Views From Our Shoes

In honor of April’s National Autism Awareness Month, Children’s Village hosted a panel presentation called, “‘Views from Our Shoes”, an intimate look into the minds and hearts of three local teens who experience autism.

Speaking to a packed room of families, medical providers, school counselors and community members, Jake Lynch, a freshman at Eisenhower High School, Luis Herrera, a sophomore at Eisenhower High School and Sierra Hansen, a junior at Naches High School, took turns talking about their life including personal interests, memories from their childhood and some of the therapies or interventions they received.

“I don’t know the difference of not having autism,” Jake Lynch said during his presentation. “I’ve done lots of different types of therapy, which have been very helpful and I’ve learned a lot from.”

Lynch, who lettered in cross country during his freshman year, credits sports, his chocolate Labrador retriever and his family with helping him learn how to work with some of the challenges he faces with autism.  “It felt like my mind was on its own path,” Lynch said.

Luis Herrera, a member of the varsity wrestling team, was named the team’s most-dedicated player last year. Not diagnosed with autism until he was 14 years old, Herrera was thankful for the diagnosis because he said it helped him to better understand himself. “I was a mystery to most people,” Herrera said. “But I’ve learned how to express and control myself and use my talent and gifts in positive ways.”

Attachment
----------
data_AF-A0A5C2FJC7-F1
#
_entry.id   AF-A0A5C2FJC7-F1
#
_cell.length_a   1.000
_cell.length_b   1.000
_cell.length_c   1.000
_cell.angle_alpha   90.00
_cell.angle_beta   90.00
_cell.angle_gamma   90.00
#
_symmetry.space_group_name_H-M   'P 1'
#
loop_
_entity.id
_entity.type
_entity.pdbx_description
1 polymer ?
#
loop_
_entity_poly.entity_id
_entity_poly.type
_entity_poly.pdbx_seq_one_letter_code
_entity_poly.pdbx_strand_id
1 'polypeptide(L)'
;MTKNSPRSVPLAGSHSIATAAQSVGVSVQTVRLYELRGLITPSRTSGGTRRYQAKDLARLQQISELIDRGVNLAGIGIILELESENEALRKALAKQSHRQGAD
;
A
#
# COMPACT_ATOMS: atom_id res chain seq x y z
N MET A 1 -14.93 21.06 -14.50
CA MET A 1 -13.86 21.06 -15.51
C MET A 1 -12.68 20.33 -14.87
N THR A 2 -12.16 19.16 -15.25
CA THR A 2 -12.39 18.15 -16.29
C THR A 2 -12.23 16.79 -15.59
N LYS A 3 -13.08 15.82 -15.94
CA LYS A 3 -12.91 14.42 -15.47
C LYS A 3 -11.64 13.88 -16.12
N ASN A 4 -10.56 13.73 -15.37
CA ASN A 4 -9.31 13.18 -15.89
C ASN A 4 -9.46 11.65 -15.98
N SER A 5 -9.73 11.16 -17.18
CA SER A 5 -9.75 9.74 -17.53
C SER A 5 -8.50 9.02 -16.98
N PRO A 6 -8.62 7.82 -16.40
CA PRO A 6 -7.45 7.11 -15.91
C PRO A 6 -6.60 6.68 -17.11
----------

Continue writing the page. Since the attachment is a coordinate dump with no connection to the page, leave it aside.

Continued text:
Sierra Hansen remembers her parents posting pictures of items and things she liked all around the house to help her communicate as a young child. Non-verbal until she was 5 years old, Sierra is now a staff writer for the Yakima Herald-Republic’s student section Unleashed. An avid singer and writer, words now play a vital role in Sierra’s life.

Hansen, an honor roll student, spoke vividly of some of the challenges she faced in childhood, speaking eloquently about the communication struggles and feelings of being constantly over-stimulated. She credits her parents, her staunch advocates, as the main reason she has overcome so many challenges.  “Looking back, I realized I threw fits because I didn’t know what was going on around me,” Hansen said. “But I’ve learned that emotions are controllable.”

The “Views From Our Shoes” event was a unique way to help others understand the journey of living with autism spectrum disorder from a teen’s perspective, Child and Family Services supervisor Tracie Hoppis said. “Many participants have asked that we offer a similar presentation each year as it was so enjoyed!”

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